Sadly I have met many English people whose perception of Scotland goes barely beyond crude racial stereotype. There is a condescending note in the conversation when our culture is the theme. Compared to England and its anglophone offspring we are considered a sparse territory indeed. I do not blame them for this. We have as a people been insufficiently pro-active in defence of our authentic patrimony. We have lazily succumbed to the shortbread tin, Edinburgh Tattoo, whisky fuelled imagery further embellished with the lurid face-paint of Braveheartary and the needs of the tourist industry; an ersatz cultural landscape in which many, even some fiery Nats, feel comfortably at home. Against this tawdry background we are attempting to repair our broken sense of identity, worth, amour-propre. The Union is fighting its corner with all the tricks learned from previous encounters with “colonials” with independence hump. The ethnic put down is standard, the oxbridge haut-nez inevitable. In such company, why expect fairness, even from the self-styled liberal journals? The liberal intelligentsia succumbed in Nazi Germany and Stalinist Russia, in Unionist UK it serves the Britannic cult. Put simply, this is our struggle. Let Perfidious Albion do what might.

  8. I would like to second what Macart says above, and add that I think this unionist tactic of trying to link support for independence with anti-English racism is potentially harmful to the relationship between Scots and English. When I read of such smears in the media, which are largely controlled by the British/English Establishment, I feel a twinge of anger. No doubt others feel the same, and such anger could end up being expressed as resentment towards the English.

    Also, what about all those English people who read the anti-independence propaganda in their newspapers and, not being exposed to the other side of the story, accept it at face value, whether it is about independence supporters hating the English or Scotland being subsidised by England? With xenophobia being apparently encouraged by the media there is a risk that anti-Scottish racism in England could become a serious problem. Unless there is a Yes vote, the consequences of Labour and the Tories competing with UKIP for the votes of Daily Mail readers in England, who will have been encouraged to support Scotland-bashing by Westminster, could be very unpleasant.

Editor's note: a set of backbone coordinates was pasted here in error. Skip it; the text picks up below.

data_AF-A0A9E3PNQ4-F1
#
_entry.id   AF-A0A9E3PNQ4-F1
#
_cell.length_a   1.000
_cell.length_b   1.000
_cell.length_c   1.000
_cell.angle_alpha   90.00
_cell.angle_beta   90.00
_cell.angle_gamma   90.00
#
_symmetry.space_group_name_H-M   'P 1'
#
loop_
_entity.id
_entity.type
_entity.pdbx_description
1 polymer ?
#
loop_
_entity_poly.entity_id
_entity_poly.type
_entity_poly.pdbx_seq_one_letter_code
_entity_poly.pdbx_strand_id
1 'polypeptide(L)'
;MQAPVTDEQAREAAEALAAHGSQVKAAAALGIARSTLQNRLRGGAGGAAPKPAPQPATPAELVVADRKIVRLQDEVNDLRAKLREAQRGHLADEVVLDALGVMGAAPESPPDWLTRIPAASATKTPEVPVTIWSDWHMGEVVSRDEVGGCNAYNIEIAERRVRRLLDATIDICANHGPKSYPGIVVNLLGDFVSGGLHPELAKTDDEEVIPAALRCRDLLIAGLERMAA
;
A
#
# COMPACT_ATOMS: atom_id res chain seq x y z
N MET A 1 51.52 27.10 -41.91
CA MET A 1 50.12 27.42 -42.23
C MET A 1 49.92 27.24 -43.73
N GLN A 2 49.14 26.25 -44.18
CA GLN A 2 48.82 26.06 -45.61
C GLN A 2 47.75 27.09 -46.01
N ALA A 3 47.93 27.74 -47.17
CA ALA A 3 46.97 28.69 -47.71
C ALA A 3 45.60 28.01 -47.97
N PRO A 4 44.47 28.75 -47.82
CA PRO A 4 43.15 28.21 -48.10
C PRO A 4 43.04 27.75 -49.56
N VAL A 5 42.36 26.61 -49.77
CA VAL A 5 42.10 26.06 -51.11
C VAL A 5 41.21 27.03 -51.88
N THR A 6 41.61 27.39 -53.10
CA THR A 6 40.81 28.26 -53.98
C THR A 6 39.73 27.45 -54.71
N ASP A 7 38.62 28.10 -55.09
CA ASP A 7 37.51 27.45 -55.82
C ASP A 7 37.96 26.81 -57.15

• Macart says:

      “unionist tactic of trying to link support for independence with anti-English racism is potentially harmful to the relationship between Scots and English.”

      What they have done is irresponsible beyond measure and the effects will last a long time regardless of result. Its going to take patience and a lot of tolerance to undo the damage this strategy is causing Les.

  9. The NO campaign has been poor but relentless. With NO having the backing of pretty much every mainstream media outlet, including the ever-impartial BBC (Scottish and English (or as the English version of the BBC is called “the BBC”)), it’s been hard to get the YES message across.

    It’s up to us to keep sight of the truth in a sea of lies and misdirection coming from NO. All I can say is thank god for sites like this. If it wasn’t for New Media the fight might have been over before it had begun.

  10. Magnus Ramage says:

    I think part of the problem with the Grauniad is not so much English bias as London bias. As a Scot living in the England Midlands, I often listen to the Guardian’s politics podcast. It’s good but almost entirely London-centric – by which I mostly mean Westminster-centric, but the paper as a whole does sometimes talk as though the only place where anyone lives is London (Radio 4 isn’t much better on this front, at times). For those of us who don’t live in London, it’s acutely annoying.

    I really think they would much prefer it if the whole referendum would just go away. I’ve heard more than one item on the Euro-elections and the risk of good results (in England) for the dreadful UKIP, with a jump straight to its impact on the 2015 general election, as if there simply was no other major vote happening in the UK in 2014. I sometimes think pro or anti doesn’t come into it – they just don’t register.